We all know the song Lithium by Nirvana. Nirvana came out of the Seattle Grunge scene and was another band that was gone way too soon with the death of Kurt Cobain.
Nirvana released Nevermind Sept. 24 1991 and lit the whole world on fire with their brand of punk/metal and disillusionment. Lithium was one of those epic songs released and produced by Butch Vig.
Muse who have not done an official release of the song (I’m sure it is right around the corner) have been playing it live at many different events including Coachella. How long they have been doing it…don’t know, but we do know that this huge sounding band does the job and captures exactly what this song needs.
8. Hotel California: By SkaDaddyZ
The Eagles Hotel California is one of those over-played classics that everyone loves; even the people that hate The Eagles love its overly poetic lyrics and Don Henley’s high and pompous…yeah, I don’t much care for Henley, but this song is gold.
Hotel California was released in 1976 and won the Grammy Award for Record of the Year. It was also put into the Grammy Hall of Fame.
But this cover is gold. Not many people know it and even fewer people on the internet seem to know exactly who does the song.
Many people think it is done by Pennywise. Other people scream in comments that it is Reel Big Fish, well, it isn’t.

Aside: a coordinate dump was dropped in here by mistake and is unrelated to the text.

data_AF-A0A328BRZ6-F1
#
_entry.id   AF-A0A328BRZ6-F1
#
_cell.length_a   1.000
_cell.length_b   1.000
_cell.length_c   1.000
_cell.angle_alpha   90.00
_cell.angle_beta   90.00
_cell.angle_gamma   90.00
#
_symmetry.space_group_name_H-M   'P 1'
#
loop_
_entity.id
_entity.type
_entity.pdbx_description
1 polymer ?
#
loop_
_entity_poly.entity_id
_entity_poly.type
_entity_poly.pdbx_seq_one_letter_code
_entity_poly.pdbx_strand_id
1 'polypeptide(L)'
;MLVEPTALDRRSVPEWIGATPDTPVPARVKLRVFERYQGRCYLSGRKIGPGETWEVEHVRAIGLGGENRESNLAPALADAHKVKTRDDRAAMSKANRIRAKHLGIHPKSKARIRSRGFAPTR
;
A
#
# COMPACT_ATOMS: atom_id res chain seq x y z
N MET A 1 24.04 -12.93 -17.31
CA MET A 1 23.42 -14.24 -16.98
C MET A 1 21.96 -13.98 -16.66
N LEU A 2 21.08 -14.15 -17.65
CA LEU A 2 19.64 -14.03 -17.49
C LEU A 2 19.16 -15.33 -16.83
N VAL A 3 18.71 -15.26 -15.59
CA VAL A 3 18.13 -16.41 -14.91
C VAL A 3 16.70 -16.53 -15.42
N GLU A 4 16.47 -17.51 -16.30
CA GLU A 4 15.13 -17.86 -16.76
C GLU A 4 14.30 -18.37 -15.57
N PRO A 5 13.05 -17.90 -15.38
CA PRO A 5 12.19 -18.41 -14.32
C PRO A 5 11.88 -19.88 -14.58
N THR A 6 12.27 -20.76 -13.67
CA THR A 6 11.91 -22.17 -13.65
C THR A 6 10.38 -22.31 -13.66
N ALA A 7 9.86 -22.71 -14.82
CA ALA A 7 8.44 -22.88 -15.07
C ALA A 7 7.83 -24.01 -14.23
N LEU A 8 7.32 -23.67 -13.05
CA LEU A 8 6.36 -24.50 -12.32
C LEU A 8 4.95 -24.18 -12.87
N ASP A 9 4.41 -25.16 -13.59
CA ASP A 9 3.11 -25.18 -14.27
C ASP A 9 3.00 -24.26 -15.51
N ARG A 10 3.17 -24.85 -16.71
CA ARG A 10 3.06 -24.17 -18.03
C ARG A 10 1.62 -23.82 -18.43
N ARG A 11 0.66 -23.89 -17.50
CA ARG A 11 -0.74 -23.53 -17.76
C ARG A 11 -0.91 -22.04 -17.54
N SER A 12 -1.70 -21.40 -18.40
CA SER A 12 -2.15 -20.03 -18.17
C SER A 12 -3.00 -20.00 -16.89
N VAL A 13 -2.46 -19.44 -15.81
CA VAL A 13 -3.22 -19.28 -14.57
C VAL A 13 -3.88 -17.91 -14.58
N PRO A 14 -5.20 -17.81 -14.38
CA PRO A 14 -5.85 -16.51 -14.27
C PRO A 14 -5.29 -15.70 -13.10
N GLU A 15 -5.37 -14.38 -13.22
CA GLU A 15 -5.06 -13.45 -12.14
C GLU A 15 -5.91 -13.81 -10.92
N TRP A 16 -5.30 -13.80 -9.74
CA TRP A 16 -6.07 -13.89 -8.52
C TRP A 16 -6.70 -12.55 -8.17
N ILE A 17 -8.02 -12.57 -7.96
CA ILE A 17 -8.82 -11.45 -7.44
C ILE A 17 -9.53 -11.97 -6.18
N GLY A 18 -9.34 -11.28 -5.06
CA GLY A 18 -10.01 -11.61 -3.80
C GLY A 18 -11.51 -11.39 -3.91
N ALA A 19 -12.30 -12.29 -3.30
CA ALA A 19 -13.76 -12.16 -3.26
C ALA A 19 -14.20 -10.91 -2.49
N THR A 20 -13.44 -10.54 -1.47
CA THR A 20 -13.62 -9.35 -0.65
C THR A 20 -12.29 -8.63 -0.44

It is done by a lesser known band called SkaDaddyZ. The SkaDaddyZ were founded in 1993 out of Silver Strand Beach in Oxnard, California and have played alongside Big Bad Voodoo Daddy, No Doubt, and The Mighty Mighty Bosstones.
9. Whole Lotta Love: By Prince
Whole Lotta Love by Led Zeppelin is a well known classic that many bands and artists have over done over the many years. Zeppelin released the song on their second album Led Zeppelin II, Oct. 22 1969.
Prince did it live, never to have recorded it as far as I know. But this version of the old Zeppelin song really takes off as an entity of its own. The second you hear Prince proclaim to the crowd, “No format tonight!” you know you are in for something really special. And he does NOT let you down.
10. We Can Work It Out: By Stevie Wonder
The Beatles released We Can Work It Out
The Beatles recorded this song while recording the Rubber Soul album.
It takes a serious musician to step up and cover The Beatles..and do it well. Enter Stevie Wonder, a soul/funk legend himself. Stevie recorded the song in 1970 and put it on his Signed Sealed Delivered album. He put his own twist and sound on the song making this one of the greatest cover songs of all time.